Bit Gudaim


His Early beginnings

As a teenager, Fadil joined the boy scouts society sponsored by religious leader Alimam Abdel Rahman Almahdi, a benevolent figure who played a big role in the politics and economy of Sudan’s pre and post independence history.

As a boy scout Fadil dramatized the boy scouts regulations on the stage for what came to be his first experience as an actor.

At the elementary school he came across his arithmetic teacher cum dramatist Khalid Abualroos who resisted his plea to become an actor at that young age. Said Abulroos to his pupil: “Sonny, I don’t want you to act now. If you act now you will fail as a student. We need educated actors.”

At the secondary school the Egyptian teachers used to direct and present Egyptian plays. Here Fadil realized that drama is a big issue and a big responsibility.

Reading quite a lot in Egyptian drama, in particular plays performed by Actor Najeeb Alrayhani, Fadil decided to become an actor.

Finishing his secondary school education Fadil was enrolled at the Faculty of Arts, Khartoum University. But his love for drama prompted him to apply for the Higher Institute for Drama and Music in Cairo. Here his teachers advised him to drop that idea because there was no theatre in Sudan where he could practice what he may learn at the Institute.

Then he after a while tried his acting skills during one of the annual celebrations the Egyptian education mission used to organize at the end of the academic year. That experiment gave him confidence in his abilities, a matter that prompted him to launch ‘The Youth Comedians Troupe’ in 1955. This troupe then attracted actors Mahmoud Siraj, Osman Ahmed Hamad and others, including some female actors.

Haj Kartoub

This troupe then travelled around the country, presenting comedies that attracted the public in the outlying regions whom Fadil said he addressed in a “communicative language.”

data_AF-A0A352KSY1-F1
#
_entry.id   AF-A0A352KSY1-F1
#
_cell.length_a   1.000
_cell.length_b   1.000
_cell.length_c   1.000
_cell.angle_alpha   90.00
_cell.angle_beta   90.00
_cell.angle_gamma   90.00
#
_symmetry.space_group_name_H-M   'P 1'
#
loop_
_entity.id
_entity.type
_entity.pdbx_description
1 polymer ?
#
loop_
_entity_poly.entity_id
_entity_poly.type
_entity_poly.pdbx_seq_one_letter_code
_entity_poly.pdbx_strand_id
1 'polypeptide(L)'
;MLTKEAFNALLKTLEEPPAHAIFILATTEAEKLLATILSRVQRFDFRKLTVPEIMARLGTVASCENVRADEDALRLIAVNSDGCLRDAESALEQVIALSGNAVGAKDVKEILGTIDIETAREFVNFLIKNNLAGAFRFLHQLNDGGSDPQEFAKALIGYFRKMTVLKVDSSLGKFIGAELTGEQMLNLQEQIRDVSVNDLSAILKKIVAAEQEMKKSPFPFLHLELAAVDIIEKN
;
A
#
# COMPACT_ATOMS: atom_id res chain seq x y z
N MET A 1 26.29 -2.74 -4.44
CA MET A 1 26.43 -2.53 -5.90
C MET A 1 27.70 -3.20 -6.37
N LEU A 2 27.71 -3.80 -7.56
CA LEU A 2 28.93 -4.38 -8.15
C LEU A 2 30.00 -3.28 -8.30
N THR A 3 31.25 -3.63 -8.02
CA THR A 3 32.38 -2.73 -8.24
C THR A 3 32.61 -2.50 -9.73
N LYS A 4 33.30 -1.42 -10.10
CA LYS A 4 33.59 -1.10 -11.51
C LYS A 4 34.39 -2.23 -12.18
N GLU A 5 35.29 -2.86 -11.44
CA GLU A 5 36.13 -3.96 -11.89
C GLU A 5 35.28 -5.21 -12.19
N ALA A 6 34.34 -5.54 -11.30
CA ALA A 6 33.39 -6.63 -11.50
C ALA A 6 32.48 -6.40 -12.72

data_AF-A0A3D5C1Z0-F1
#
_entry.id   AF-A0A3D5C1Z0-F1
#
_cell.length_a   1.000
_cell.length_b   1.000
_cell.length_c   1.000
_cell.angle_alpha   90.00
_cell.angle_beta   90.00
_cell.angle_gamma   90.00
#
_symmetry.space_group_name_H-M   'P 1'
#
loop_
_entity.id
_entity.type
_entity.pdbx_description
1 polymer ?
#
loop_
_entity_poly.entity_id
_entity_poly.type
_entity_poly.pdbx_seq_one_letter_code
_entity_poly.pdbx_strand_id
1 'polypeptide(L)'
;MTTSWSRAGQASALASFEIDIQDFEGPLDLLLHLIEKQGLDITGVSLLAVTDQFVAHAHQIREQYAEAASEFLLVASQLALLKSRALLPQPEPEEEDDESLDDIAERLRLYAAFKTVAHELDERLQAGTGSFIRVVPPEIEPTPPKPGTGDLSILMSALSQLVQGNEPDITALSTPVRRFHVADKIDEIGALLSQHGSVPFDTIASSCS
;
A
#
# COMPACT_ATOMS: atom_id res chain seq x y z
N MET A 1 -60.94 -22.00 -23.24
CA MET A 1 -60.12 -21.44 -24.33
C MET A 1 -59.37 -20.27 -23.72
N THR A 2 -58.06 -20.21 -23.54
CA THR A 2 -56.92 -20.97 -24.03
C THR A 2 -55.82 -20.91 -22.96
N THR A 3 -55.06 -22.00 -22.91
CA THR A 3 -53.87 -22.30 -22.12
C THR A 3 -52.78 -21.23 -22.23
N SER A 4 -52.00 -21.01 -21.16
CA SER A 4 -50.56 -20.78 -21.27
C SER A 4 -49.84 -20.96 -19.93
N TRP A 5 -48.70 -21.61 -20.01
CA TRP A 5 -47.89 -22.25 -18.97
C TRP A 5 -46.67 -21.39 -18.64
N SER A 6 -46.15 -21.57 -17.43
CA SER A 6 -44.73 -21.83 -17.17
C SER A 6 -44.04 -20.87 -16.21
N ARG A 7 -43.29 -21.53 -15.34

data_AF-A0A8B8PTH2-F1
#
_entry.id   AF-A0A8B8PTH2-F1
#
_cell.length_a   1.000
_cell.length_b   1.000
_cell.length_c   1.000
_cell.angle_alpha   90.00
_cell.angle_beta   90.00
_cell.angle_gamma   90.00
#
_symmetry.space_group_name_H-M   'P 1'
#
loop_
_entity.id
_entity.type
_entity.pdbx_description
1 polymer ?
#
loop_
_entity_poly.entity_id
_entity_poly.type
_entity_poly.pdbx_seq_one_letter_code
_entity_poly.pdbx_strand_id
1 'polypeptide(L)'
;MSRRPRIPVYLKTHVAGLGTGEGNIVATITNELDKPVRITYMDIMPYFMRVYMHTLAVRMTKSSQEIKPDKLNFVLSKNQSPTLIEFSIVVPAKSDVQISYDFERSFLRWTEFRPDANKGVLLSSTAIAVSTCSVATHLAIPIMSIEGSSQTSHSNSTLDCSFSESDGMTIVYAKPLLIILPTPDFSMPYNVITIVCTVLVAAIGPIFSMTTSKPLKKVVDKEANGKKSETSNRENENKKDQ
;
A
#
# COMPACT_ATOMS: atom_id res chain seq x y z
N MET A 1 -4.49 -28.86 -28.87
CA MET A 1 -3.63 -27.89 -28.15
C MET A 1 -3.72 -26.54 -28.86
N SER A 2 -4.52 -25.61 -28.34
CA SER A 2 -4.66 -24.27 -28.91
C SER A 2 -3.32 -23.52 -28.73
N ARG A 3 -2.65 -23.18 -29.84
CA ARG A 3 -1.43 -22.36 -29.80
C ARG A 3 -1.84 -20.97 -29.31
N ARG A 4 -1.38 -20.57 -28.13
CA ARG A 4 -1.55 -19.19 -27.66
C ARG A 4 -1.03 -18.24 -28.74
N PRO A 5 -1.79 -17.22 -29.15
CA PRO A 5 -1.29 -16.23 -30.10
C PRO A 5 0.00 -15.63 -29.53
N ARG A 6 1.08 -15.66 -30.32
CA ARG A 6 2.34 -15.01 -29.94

Fadil then found a lot of opportunities to present his art in the national radio and TV and also in several newly built theatres in Khartoum and the regional towns.


Fadil’s Most Famous Plays

Fadil had used to contend with sketches representing his three characters ‘Bit Guddaim, Alajab Ummu and Haj Karoub’ until 1967 when he presented his first four acts play Akl Aish (bread winning). This play was later on recorded and broadcast by the national TV of Egypt.

His other plays include Alkiskitta (the hat), Alfi Rasu Reesh (a reference to a timid thief), Alnas Fi Shnu (that speaks about persons with no interest in public affairs) and Moat Aldan (literally sheep death).

In all of these plays (and others) Fadil used to rotate between his stereotype characters: Bit Guddaim, Alajab Ummu and Haji Kartoub.


Fifty Years in the Theatre

Fadil died on Friday the 10th of June 2005 in the City of Port Sudan while on a visit to present his art in the Red Sea coastal City.

By his departure Fadil had completed fifty years of hard work on the theatre. His death in Port Sudan signals his love of Sudan’s hospitable regional cities and towns he had toured in earnest to satisfy calls by the lovers of his art to visit and show them his new production.